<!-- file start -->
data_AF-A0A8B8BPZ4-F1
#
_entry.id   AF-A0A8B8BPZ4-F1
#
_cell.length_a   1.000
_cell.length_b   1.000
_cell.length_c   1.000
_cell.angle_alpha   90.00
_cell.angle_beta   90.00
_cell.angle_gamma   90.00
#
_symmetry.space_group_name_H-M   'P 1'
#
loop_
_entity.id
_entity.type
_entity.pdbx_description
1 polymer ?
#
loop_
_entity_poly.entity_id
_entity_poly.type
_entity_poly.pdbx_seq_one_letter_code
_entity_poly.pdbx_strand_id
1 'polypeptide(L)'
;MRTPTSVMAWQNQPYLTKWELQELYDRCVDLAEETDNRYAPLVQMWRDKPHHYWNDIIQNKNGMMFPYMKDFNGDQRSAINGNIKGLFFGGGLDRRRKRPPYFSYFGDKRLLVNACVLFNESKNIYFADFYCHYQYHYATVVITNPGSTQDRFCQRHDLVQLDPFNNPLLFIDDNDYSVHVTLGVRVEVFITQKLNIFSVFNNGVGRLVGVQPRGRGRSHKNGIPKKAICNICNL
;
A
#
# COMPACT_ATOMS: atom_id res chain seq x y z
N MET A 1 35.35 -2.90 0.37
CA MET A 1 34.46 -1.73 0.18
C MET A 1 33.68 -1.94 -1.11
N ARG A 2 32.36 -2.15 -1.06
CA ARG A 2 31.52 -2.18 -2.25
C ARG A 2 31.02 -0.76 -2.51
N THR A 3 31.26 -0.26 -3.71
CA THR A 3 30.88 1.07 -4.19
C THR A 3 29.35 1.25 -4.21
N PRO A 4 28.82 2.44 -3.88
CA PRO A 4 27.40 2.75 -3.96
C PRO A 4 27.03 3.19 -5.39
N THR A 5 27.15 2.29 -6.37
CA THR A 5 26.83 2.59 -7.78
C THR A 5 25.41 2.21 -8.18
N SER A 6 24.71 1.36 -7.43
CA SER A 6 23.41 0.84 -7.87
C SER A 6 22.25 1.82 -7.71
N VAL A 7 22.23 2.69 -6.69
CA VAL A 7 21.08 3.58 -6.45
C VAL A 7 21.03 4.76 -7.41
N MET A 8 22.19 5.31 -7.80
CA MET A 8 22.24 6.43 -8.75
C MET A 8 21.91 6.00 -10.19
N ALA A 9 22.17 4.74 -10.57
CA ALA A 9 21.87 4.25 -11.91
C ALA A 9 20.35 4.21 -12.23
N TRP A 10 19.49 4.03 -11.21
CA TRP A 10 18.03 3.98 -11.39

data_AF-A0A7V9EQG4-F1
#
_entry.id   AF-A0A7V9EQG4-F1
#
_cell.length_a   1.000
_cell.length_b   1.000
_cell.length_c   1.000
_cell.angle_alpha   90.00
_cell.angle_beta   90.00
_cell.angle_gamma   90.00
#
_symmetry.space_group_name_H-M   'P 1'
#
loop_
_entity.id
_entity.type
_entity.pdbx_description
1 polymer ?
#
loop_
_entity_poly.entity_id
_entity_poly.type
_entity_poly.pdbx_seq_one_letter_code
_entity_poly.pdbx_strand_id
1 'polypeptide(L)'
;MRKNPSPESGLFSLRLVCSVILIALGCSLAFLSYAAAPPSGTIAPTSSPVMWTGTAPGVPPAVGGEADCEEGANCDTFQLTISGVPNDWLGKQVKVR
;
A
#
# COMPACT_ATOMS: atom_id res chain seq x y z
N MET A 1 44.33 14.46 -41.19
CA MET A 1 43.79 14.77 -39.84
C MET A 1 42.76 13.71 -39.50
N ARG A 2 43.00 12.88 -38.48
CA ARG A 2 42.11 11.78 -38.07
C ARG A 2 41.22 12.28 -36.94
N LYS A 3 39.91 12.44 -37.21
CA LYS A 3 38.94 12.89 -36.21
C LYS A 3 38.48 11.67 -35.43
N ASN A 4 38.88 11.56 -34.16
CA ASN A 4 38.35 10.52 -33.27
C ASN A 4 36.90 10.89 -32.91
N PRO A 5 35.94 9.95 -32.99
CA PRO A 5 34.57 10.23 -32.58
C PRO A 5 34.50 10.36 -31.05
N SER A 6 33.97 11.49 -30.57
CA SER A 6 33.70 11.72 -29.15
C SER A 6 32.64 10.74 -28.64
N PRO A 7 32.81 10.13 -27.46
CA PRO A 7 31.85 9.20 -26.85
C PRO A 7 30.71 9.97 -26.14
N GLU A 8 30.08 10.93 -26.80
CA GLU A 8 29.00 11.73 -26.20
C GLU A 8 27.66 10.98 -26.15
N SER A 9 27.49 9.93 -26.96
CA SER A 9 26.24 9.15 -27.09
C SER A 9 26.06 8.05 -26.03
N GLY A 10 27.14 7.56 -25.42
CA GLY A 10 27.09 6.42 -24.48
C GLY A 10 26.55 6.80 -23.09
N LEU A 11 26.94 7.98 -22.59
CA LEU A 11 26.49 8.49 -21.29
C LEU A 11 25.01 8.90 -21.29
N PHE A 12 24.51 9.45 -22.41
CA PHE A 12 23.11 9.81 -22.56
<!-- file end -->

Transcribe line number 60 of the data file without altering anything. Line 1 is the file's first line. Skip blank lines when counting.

data_AF-A0A7V9EQG4-F1